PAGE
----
Stephen Bird

Hi Pam, I could not have put it any better myself. You are 100% correct.

Indeed the posterior wall is Hesselbachs triangle and it is indeed made from TA and IO collagen.

When it gets a hole in it you have a direct hernia and the fat passes through the posterior wall into the canal then begins to slide down the canal towards the superficial ring.



For the second part of your question:

The inguinal canal itself is a necessary pathway.

There are several locations where contents from the peritoneal cavity exit the peritoneal cavity. (Inguinal canal, femoral ring, obturator foramen etc).

The functions of the inguinal canal include:

Allowing transit of the testicle from the peritoneal cavity into the scrotum.
Passage of the pampiniform plexus
Passage of the Vas deferens
Passage of lymphatics
Passage of the genital branch of the genitofemoral nerve.

All of this is achieved by the inguinal canal.

BUT in order to perform these important functions of allowing passage of these structures it must have a seal at the peritoneal cavity end preventing other unwanted peritoneal contents to pass out of the peritoneal cavity. We call this seal the deep ring. If the deep ring is functioning properly all of the structures listed can pass through the canal but nothing more. If fat or bowel etc manages to sneak through the deep ring we have an indirect inguinal hernia.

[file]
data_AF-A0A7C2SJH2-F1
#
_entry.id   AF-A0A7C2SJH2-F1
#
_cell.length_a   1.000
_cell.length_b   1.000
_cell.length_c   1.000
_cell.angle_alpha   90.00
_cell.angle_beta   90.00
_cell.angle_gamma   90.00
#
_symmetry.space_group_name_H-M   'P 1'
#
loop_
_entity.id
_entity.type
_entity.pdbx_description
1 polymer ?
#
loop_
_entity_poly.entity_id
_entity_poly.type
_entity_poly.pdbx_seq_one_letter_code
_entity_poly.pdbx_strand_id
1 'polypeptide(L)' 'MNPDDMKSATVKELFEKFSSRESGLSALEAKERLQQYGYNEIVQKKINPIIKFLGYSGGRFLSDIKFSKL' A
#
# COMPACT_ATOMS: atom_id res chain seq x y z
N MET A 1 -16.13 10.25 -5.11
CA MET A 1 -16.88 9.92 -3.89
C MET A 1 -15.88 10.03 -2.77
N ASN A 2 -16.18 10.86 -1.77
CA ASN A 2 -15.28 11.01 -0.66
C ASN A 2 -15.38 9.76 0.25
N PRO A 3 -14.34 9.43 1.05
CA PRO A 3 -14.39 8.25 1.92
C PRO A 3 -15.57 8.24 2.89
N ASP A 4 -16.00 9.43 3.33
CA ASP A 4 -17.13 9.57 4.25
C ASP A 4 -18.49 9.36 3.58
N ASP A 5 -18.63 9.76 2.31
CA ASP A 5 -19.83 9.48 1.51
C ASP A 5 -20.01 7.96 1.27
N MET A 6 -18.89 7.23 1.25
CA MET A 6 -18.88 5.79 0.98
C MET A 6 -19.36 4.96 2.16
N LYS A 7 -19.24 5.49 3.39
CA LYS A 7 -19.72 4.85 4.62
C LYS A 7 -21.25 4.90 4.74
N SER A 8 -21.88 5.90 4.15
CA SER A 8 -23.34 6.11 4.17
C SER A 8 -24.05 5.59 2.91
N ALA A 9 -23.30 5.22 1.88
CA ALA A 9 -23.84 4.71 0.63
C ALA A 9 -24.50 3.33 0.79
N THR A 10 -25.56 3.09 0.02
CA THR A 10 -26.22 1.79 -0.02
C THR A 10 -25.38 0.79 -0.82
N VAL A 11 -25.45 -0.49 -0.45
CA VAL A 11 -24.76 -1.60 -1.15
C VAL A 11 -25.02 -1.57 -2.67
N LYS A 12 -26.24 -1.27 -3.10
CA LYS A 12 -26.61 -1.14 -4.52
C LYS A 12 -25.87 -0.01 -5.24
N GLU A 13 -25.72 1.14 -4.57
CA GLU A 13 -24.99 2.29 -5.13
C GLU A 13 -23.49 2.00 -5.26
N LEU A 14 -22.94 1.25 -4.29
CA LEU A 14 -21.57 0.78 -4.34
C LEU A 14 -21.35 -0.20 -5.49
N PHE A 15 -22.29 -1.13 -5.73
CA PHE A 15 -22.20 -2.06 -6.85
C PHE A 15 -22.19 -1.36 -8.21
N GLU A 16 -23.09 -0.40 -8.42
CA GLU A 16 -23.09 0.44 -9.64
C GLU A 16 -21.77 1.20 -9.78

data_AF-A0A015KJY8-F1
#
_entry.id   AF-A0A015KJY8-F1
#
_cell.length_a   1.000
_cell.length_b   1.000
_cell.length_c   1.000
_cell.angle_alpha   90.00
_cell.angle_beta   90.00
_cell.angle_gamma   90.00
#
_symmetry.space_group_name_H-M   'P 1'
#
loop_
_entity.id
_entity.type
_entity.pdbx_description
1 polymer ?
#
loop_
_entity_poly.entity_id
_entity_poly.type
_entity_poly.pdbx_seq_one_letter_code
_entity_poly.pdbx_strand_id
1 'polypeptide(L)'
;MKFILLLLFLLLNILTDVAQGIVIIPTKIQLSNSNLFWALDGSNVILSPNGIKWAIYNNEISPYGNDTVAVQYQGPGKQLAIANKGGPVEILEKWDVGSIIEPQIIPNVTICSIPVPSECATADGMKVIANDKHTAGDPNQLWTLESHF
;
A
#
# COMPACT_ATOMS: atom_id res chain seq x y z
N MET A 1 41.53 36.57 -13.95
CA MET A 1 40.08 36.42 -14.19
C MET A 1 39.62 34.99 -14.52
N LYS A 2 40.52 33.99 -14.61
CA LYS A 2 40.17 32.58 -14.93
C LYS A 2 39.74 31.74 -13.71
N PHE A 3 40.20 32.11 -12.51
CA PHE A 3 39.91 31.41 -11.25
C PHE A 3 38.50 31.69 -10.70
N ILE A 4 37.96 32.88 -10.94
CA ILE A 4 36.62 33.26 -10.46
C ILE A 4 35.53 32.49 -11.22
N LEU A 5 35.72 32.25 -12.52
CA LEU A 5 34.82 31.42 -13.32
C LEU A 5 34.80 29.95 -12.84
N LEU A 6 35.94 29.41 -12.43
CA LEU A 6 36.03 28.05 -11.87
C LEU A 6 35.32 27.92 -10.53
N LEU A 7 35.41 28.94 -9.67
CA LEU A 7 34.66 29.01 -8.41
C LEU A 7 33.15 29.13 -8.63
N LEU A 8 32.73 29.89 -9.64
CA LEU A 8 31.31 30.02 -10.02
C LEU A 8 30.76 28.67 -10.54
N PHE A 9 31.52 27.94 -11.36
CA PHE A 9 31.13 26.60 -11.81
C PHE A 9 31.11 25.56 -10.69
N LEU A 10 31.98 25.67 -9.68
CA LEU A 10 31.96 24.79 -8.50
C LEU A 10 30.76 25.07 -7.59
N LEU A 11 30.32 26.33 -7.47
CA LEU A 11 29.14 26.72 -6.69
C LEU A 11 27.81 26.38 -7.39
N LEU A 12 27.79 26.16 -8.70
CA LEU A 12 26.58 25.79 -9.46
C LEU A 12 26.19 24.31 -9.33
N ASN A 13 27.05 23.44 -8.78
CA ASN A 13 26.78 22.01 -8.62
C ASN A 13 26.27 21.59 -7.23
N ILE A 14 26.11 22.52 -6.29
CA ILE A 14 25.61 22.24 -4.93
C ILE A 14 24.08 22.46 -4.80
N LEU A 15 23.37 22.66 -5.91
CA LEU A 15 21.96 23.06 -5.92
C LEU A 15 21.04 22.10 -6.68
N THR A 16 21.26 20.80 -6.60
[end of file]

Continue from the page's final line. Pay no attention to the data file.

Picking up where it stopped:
It also happens that the posterior wall of the canal is also vulnerable and made of simply thin collagen. Immediately under the posterior wall is peritoneal contents (fat and bowel etc) and if the posterior wall is torn in any way this allows passage of the peritoneal contents into the canal in the form of a direct inguinal hernia.

I don’t really consider the anterior wall of the canal but I think the external oblique collagen is the likely source.

So yes, the canal is indeed a potential space filled with important anatomical structures, but if the deep ring or the posterior wall fail that potential space can be invaded and distended by other peritoneal contents that should have been excluded (fat and bowel mainly) in the form of a hernia.

Similar logic can be applied to the femoral ring and the obturator foramen.

It is a constant challenge in not only human design, but also design in general.

If I am building an aviary to keep birds I need a gate that allows me in to feed them but does not allow them to fly out. It also must ensure the cat can not get into the aviary when I enter it !

Same dilemma really ! How do I allow veins, nerves and lymphatics to pass from the peritoneal cavity to the scrotum without allowing fat and bowel to also exit !


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